Scientists are interested in looking at DNA tips to predict susceptibility to disease. / PhotoDisc
Fortunetellers claim they can forecast the future by reading tea leaves, tarot cards or your horoscope.
But a preliminary study suggests that our susceptibility to infections such as the common cold - and maybe our future health overall - may be foretold not in the creases of our palms but in the tips of our chromosomes.
These tips, called telomeres, are special DNA sequences that act like the plastic tips on shoelaces, preventing the DNA in chromosomes from unraveling. They get shorter each time a cell divides, until a cell can't divide anymore and it dies.
Scientists are interested in learning more about telomeres in order to better understand the process of aging and why people become more susceptible to disease as they age, says James Crowe, a professor at Vanderbilt University Medical Center in Nashville who wasn't involved in the new study.
In that research, which included 152 adults ages 18 to 55, researchers found that adults with shorter telomeres were more likely to become infected with colds. Everyone in the study was deliberately exposed to a cold virus.
Researchers weren't really interested in predicting which people are most susceptible to colds, says study co-author Sheldon Cohen, a professor at Pittsburgh's Carnegie Mellon University. Instead, Cohen used cold infections to gauge the strength of volunteers' immune systems.
Overall, 69% of people became infected with cold viruses, and 22% actually got sick, according to the study, published Tuesday in the Journal of the American Medical Association.
But those rates differed according to the length of the telomeres in a type of white blood cell: 26% of volunteers with the shortest telomeres got sick, compared with 13% of those with the longest.
That makes Cohen wonder if the length of the telomeres in people's white blood cells is related to their overall health and future risk of disease.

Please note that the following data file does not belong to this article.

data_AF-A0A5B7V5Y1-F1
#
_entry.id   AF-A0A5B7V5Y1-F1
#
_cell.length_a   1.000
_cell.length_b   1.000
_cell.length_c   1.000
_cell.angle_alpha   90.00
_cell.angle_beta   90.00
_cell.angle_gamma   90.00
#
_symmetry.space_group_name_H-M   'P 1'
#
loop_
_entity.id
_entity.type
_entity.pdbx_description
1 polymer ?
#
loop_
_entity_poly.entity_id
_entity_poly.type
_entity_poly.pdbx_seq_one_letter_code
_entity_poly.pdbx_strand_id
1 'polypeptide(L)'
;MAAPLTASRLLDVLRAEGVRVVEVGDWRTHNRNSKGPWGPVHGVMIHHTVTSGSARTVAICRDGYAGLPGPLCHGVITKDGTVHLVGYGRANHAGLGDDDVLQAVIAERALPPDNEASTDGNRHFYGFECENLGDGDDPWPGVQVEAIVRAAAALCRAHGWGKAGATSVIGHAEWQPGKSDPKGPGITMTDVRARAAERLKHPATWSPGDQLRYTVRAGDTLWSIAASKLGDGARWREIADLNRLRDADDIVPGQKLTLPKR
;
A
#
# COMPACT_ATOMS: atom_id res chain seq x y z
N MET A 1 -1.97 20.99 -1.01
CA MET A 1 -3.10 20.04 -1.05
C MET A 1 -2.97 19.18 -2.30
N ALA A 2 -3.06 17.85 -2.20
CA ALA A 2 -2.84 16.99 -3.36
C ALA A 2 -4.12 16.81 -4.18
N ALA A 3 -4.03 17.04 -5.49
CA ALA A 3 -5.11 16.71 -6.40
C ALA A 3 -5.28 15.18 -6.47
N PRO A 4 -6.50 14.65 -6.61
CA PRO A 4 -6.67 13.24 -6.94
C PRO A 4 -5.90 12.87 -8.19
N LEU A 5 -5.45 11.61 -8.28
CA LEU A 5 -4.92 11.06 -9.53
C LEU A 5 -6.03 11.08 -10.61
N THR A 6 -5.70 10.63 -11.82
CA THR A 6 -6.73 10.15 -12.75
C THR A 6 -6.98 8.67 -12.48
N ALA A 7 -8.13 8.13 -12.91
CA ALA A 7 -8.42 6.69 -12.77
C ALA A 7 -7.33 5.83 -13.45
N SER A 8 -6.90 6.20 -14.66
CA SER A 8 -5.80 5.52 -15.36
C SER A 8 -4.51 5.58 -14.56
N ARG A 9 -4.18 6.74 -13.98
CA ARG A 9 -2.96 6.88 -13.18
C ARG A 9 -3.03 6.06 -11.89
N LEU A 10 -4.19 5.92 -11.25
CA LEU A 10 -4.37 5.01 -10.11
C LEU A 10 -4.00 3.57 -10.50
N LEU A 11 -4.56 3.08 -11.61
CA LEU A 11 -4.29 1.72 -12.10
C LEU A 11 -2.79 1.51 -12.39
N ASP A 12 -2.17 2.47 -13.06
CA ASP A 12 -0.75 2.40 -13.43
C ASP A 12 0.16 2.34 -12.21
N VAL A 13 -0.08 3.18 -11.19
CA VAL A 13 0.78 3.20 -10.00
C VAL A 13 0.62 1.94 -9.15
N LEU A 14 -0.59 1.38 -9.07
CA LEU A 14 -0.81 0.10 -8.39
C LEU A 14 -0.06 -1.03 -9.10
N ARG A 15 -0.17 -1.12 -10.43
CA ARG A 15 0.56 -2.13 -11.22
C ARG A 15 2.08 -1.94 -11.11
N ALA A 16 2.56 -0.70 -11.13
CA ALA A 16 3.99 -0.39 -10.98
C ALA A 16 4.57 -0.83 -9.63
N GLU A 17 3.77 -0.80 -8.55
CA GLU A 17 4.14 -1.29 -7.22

Studies in older adults have found that telomere length is related to the risk of age-related ailments, such as heart disease, cancer and infections, Cohen says. Previous studies also have found that telomere length doesn't change much over a 10-year period.
But there's been little research into the telomeres of young people, like those in the new study.
Cohen says his study raises the intriguing possibility that telomere length isn't just a sign of chronic disease, but a predictor of it.
Aaron Glatt, a doctor and spokesman for the Infectious Diseases Society of America, notes the study won't change how patients are diagnosed or treated.
"It has zero practical ramifications," Glatt says.
But Crowe says many people, including doctors, wonder "why some people get infected with colds and some don't. Two seemingly healthy people might be side by side, and one gets infected and one doesn't."
Crowe says the study is "provocative because it comes out of left field." But he added that the study is too preliminary to be convincing.
"It's quite a small study to make such a profound discovery," Crowe says. "It's not a validated study, but it's unusual and interesting, and it needs to be followed up. That's how science works. We get many ideas, and many of them don't pan out."
One of the most intriguing questions raised by the study, Crowe says, is what causes telomeres to shorten.
Earlier studies have linked shorter telomeres to smoking, radiation and psychological stress, such as early life maltreatment and taking care of a chronically ill person.
A small but growing number of studies suggest that early childhood adversity can cause telomeres to shorten more quickly than normal.
In a 2011 study, for example, researchers found shorter telomeres in Romanian children who had spent more time in institutions, compared with children sent to foster care.
Last year, a study in Molecular Psychiatry found that telomeres shortened more quickly in children exposed to violence, such as physical maltreatment, domestic violence or bullying. Leaders of the study of 236 children followed kids from ages 5 to 10.
Better nutrition, exercise and stress reduction are three things that may be able to lengthen telomeres, research says.
In general, however, unless these children's lives change, they could be expected to develop diseases of aging, such as heart attacks or memory loss, seven to 10 years earlier than their peers, authors of the 2012 study concluded.
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